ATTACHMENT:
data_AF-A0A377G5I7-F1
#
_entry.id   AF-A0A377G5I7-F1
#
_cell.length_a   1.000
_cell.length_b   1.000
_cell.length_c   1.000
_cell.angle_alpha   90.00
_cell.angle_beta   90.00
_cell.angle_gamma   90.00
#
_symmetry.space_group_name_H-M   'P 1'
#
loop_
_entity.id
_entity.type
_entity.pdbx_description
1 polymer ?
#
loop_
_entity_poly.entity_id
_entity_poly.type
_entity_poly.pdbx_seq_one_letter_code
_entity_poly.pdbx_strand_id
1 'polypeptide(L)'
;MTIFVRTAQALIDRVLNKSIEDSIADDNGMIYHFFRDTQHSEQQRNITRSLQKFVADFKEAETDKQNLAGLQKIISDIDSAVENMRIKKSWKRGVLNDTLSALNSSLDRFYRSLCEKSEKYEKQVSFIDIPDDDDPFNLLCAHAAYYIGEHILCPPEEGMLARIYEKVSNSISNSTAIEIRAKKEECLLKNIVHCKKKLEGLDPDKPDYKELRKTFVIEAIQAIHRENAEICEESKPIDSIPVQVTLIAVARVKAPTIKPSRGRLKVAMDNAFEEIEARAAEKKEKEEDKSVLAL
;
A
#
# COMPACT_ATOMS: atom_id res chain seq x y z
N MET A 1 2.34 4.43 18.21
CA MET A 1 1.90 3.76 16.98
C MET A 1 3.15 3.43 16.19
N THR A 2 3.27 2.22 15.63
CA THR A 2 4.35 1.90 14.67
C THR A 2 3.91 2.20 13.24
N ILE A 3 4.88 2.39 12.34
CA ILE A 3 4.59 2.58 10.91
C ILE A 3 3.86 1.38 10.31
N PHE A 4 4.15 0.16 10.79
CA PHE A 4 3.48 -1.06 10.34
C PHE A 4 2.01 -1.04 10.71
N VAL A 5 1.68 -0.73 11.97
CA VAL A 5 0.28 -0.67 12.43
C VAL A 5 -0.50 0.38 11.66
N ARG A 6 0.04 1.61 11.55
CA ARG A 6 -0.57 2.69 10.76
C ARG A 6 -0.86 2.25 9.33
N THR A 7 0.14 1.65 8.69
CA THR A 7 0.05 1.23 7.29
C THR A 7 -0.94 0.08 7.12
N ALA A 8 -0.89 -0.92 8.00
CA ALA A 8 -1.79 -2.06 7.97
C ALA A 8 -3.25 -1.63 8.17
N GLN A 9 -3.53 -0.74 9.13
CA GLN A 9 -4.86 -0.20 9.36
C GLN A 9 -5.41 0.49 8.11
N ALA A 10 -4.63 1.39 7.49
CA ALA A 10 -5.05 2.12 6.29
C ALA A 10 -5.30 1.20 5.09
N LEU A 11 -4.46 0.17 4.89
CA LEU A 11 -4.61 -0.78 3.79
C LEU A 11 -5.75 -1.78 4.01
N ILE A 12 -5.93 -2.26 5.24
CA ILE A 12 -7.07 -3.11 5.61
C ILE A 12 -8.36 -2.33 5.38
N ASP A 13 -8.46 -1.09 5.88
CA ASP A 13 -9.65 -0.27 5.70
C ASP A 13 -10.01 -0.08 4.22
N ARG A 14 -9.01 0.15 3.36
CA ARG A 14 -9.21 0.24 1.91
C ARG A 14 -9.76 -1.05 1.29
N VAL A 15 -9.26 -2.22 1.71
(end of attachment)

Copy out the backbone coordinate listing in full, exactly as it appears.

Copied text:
data_AF-A0A377G5I7-F1
#
_entry.id   AF-A0A377G5I7-F1
#
_cell.length_a   1.000
_cell.length_b   1.000
_cell.length_c   1.000
_cell.angle_alpha   90.00
_cell.angle_beta   90.00
_cell.angle_gamma   90.00
#
_symmetry.space_group_name_H-M   'P 1'
#
loop_
_entity.id
_entity.type
_entity.pdbx_description
1 polymer ?
#
loop_
_entity_poly.entity_id
_entity_poly.type
_entity_poly.pdbx_seq_one_letter_code
_entity_poly.pdbx_strand_id
1 'polypeptide(L)'
;MTIFVRTAQALIDRVLNKSIEDSIADDNGMIYHFFRDTQHSEQQRNITRSLQKFVADFKEAETDKQNLAGLQKIISDIDSAVENMRIKKSWKRGVLNDTLSALNSSLDRFYRSLCEKSEKYEKQVSFIDIPDDDDPFNLLCAHAAYYIGEHILCPPEEGMLARIYEKVSNSISNSTAIEIRAKKEECLLKNIVHCKKKLEGLDPDKPDYKELRKTFVIEAIQAIHRENAEICEESKPIDSIPVQVTLIAVARVKAPTIKPSRGRLKVAMDNAFEEIEARAAEKKEKEEDKSVLAL
;
A
#
# COMPACT_ATOMS: atom_id res chain seq x y z
N MET A 1 2.34 4.43 18.21
CA MET A 1 1.90 3.76 16.98
C MET A 1 3.15 3.43 16.19
N THR A 2 3.27 2.22 15.63
CA THR A 2 4.35 1.90 14.67
C THR A 2 3.91 2.20 13.24
N ILE A 3 4.88 2.39 12.34
CA ILE A 3 4.59 2.58 10.91
C ILE A 3 3.86 1.38 10.31
N PHE A 4 4.15 0.16 10.79
CA PHE A 4 3.48 -1.06 10.34
C PHE A 4 2.01 -1.04 10.71
N VAL A 5 1.68 -0.73 11.97
CA VAL A 5 0.28 -0.67 12.43
C VAL A 5 -0.50 0.38 11.66
N ARG A 6 0.04 1.61 11.55
CA ARG A 6 -0.57 2.69 10.76
C ARG A 6 -0.86 2.25 9.33
N THR A 7 0.14 1.65 8.69
CA THR A 7 0.05 1.23 7.29
C THR A 7 -0.94 0.08 7.12
N ALA A 8 -0.89 -0.92 8.00
CA ALA A 8 -1.79 -2.06 7.97
C ALA A 8 -3.25 -1.63 8.17
N GLN A 9 -3.53 -0.74 9.13
CA GLN A 9 -4.86 -0.20 9.36
C GLN A 9 -5.41 0.49 8.11
N ALA A 10 -4.63 1.39 7.49
CA ALA A 10 -5.05 2.12 6.29
C ALA A 10 -5.30 1.20 5.09
N LEU A 11 -4.46 0.17 4.89
CA LEU A 11 -4.61 -0.78 3.79
C LEU A 11 -5.75 -1.78 4.01
N ILE A 12 -5.93 -2.26 5.24
CA ILE A 12 -7.07 -3.11 5.61
C ILE A 12 -8.36 -2.33 5.38
N ASP A 13 -8.46 -1.09 5.88
CA ASP A 13 -9.65 -0.27 5.70
C ASP A 13 -10.01 -0.08 4.22
N ARG A 14 -9.01 0.15 3.36
CA ARG A 14 -9.21 0.24 1.91
C ARG A 14 -9.76 -1.05 1.29
N VAL A 15 -9.26 -2.22 1.71